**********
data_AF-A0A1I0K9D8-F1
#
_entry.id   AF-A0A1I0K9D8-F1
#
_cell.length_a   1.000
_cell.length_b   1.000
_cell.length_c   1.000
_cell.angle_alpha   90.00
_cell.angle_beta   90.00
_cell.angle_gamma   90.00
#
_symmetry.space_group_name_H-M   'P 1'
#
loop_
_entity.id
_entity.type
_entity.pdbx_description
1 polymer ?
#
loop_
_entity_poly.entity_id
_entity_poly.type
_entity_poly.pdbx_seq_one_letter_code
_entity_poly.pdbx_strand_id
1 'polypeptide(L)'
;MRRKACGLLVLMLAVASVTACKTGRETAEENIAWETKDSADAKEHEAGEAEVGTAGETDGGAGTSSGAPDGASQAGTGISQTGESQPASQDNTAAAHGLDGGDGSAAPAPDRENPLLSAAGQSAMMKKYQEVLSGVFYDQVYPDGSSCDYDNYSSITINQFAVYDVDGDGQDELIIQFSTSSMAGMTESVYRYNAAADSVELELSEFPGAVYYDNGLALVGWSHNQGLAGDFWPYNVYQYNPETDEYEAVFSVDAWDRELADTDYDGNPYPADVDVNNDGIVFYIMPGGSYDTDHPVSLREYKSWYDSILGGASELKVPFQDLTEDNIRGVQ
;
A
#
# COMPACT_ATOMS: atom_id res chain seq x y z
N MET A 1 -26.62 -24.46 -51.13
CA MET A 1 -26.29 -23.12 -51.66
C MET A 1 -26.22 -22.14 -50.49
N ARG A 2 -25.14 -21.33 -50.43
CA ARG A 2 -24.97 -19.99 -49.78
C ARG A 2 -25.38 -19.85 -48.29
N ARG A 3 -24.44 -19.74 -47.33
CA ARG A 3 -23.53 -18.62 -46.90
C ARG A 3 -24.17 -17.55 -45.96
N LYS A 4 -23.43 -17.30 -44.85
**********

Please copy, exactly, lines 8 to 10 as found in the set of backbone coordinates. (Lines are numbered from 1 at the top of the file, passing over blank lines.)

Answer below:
_cell.angle_alpha   90.00
_cell.angle_beta   90.00
_cell.angle_gamma   90.00